If Arizona Sen. John McCain is using his new memoir Worth the Fighting For to position himself for another run for the presidency, then he is either the dumbest or the foxiest campaigner in the race. Arguing for the former point is the fact that he readily sometimes gleefully admits to being ambitious, impatient, impulsive, politically mercurial and, under certain circumstances, deceptive. Of course, in publicly confessing to such shortcomings, he deftly denies his opponents the opportunity to dramatically spring these charges on him.

Unlike most political biographies, which tend to run to high seriousness, this one is sprinkled with gossip, candor and self-effacing humor. McCain makes it clear that his political stance is more instinctive than intellectual, and that it grows not only from his military upbringing and experience (of which he says relatively little) but also from his concept of what it means to be principled and heroic. McCain details here how he became acquainted with high-roller Charles Keating, forming a cozy relationship that would ultimately land him among the notorious Keating Five accused of influence-peddling after the flamboyant entrepreneur's savings-and-loan empire went bust. It may have been this grueling and career-endangering incident as well as his own growing behind-the-scene awareness of how American politics work that caused McCain to join with fellow senator Russell Feingold in an effort to regulate campaign financing.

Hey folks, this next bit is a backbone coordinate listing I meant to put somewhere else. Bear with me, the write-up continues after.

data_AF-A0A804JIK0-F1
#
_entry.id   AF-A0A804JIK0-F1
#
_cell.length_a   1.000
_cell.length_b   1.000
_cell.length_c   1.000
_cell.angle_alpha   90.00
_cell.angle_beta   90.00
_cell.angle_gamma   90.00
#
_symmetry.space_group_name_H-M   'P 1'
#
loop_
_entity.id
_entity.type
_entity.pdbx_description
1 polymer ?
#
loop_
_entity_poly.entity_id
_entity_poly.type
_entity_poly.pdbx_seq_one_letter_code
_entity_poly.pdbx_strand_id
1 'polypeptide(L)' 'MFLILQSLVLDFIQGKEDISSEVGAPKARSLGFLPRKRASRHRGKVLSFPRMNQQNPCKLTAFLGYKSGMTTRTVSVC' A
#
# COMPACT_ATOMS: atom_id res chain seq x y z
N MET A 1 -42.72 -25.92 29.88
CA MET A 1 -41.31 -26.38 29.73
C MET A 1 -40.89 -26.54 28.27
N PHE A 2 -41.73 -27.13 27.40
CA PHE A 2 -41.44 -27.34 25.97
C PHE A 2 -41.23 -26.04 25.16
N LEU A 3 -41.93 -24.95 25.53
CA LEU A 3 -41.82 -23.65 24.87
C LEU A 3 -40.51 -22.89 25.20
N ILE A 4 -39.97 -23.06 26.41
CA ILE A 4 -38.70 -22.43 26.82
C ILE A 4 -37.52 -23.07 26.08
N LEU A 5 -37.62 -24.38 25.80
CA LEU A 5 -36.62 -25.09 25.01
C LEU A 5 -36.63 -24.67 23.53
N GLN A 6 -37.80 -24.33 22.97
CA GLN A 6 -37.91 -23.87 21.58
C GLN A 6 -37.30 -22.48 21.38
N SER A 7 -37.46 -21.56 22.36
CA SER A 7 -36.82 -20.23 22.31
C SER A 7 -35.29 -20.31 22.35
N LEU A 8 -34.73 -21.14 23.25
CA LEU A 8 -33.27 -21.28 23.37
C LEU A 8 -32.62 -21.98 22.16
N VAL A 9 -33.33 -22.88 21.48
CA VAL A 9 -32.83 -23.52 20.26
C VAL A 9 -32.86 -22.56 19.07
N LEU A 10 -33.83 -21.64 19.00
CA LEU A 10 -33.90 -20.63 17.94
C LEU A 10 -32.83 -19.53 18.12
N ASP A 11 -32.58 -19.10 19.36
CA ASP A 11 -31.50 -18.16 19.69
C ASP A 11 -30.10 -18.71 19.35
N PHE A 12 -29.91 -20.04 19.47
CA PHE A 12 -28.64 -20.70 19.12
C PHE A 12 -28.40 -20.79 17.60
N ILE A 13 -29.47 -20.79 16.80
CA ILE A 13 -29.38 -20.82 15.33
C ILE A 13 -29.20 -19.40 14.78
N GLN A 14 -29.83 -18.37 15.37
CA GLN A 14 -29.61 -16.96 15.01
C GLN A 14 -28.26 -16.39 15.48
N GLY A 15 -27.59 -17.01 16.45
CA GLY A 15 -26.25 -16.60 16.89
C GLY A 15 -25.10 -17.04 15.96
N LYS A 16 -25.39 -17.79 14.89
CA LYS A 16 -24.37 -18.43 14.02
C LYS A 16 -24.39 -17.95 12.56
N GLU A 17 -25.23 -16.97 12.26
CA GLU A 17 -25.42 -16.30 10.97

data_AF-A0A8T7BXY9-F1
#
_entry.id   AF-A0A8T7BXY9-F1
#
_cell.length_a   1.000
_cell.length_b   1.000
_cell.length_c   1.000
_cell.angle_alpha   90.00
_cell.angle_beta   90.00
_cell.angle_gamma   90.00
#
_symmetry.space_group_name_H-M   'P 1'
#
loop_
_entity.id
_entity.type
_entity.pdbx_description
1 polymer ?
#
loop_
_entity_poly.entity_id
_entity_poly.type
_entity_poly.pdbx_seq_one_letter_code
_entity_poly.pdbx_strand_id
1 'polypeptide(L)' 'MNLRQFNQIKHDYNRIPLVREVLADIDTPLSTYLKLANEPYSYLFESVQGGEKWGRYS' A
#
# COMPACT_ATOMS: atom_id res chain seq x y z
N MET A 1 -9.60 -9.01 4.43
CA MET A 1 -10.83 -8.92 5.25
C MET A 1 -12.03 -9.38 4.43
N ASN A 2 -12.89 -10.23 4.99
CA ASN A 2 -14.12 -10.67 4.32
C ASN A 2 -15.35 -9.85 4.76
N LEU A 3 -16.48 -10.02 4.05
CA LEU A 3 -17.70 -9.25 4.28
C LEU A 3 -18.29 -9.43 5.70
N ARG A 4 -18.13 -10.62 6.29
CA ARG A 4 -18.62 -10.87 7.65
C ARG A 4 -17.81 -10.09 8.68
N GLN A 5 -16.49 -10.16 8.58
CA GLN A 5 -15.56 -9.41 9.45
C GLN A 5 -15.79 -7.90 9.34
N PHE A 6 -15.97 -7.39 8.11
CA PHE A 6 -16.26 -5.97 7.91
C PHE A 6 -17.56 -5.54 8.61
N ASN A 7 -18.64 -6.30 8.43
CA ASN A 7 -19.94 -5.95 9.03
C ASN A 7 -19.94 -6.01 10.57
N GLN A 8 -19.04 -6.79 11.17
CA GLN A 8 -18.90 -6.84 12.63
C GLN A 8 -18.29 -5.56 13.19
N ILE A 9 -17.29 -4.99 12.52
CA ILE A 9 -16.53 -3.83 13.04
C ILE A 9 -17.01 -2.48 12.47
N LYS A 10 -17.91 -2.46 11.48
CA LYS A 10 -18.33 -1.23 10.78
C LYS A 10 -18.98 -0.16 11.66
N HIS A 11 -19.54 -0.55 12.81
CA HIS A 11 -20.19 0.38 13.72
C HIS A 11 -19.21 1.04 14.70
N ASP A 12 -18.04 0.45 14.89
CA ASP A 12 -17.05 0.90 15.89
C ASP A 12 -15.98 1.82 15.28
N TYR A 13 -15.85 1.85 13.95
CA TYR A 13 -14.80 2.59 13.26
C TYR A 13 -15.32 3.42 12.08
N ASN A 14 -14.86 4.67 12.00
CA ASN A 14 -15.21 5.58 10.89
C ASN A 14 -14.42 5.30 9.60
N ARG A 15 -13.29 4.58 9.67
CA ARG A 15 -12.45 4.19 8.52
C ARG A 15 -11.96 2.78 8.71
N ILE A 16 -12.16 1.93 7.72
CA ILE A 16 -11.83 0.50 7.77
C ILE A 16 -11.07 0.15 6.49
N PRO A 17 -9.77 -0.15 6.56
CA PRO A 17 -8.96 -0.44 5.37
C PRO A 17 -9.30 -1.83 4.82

Some of McCain's most revealing stories are about his short-lived campaign for president. He admits to attempting to deceive the voters of South Carolina by taking an equivocal stand on the state's display of the Confederate flag, a position he later renounced.

In summarizing himself, McCain quotes a conservative critic who wrote, Politics is so personal for McCain. It's all a matter of honor and integrity. That's the sum total of his politics. To this assertion, McCain responds, If that's the worst that can be said about my public career, I'll take it, with appreciation.

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